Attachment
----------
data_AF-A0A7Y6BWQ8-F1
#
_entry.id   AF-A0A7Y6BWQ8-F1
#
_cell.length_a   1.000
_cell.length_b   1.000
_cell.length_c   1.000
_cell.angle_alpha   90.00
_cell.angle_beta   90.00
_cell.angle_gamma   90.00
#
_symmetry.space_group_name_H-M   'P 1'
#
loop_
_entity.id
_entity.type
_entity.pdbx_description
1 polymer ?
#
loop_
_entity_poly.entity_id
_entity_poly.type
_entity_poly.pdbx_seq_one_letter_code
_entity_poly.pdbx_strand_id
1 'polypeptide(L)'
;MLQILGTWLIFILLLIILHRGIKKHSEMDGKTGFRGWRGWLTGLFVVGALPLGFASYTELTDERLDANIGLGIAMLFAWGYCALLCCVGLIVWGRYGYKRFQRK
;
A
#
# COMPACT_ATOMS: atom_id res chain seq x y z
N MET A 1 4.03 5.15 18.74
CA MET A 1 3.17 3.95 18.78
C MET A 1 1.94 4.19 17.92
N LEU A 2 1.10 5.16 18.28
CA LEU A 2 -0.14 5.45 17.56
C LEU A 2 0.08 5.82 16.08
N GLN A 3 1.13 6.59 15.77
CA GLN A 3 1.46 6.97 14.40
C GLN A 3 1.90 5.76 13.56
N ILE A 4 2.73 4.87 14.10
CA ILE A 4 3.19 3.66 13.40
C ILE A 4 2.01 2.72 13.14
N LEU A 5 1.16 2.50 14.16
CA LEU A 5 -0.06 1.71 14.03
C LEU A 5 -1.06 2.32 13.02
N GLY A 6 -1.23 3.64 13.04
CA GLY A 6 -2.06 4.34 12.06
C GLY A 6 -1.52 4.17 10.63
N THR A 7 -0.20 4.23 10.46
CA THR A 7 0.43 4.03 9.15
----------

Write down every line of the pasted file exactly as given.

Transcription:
data_AF-A0A7Y6BWQ8-F1
#
_entry.id   AF-A0A7Y6BWQ8-F1
#
_cell.length_a   1.000
_cell.length_b   1.000
_cell.length_c   1.000
_cell.angle_alpha   90.00
_cell.angle_beta   90.00
_cell.angle_gamma   90.00
#
_symmetry.space_group_name_H-M   'P 1'
#
loop_
_entity.id
_entity.type
_entity.pdbx_description
1 polymer ?
#
loop_
_entity_poly.entity_id
_entity_poly.type
_entity_poly.pdbx_seq_one_letter_code
_entity_poly.pdbx_strand_id
1 'polypeptide(L)'
;MLQILGTWLIFILLLIILHRGIKKHSEMDGKTGFRGWRGWLTGLFVVGALPLGFASYTELTDERLDANIGLGIAMLFAWGYCALLCCVGLIVWGRYGYKRFQRK
;
A
#
# COMPACT_ATOMS: atom_id res chain seq x y z
N MET A 1 4.03 5.15 18.74
CA MET A 1 3.17 3.95 18.78
C MET A 1 1.94 4.19 17.92
N LEU A 2 1.10 5.16 18.28
CA LEU A 2 -0.14 5.45 17.56
C LEU A 2 0.08 5.82 16.08
N GLN A 3 1.13 6.59 15.77
CA GLN A 3 1.46 6.97 14.40
C GLN A 3 1.90 5.76 13.56
N ILE A 4 2.73 4.87 14.10
CA ILE A 4 3.19 3.66 13.40
C ILE A 4 2.01 2.72 13.14
N LEU A 5 1.16 2.50 14.16
CA LEU A 5 -0.06 1.71 14.03
C LEU A 5 -1.06 2.32 13.02
N GLY A 6 -1.23 3.64 13.04
CA GLY A 6 -2.06 4.34 12.06
C GLY A 6 -1.52 4.17 10.63
N THR A 7 -0.20 4.23 10.46
CA THR A 7 0.43 4.03 9.15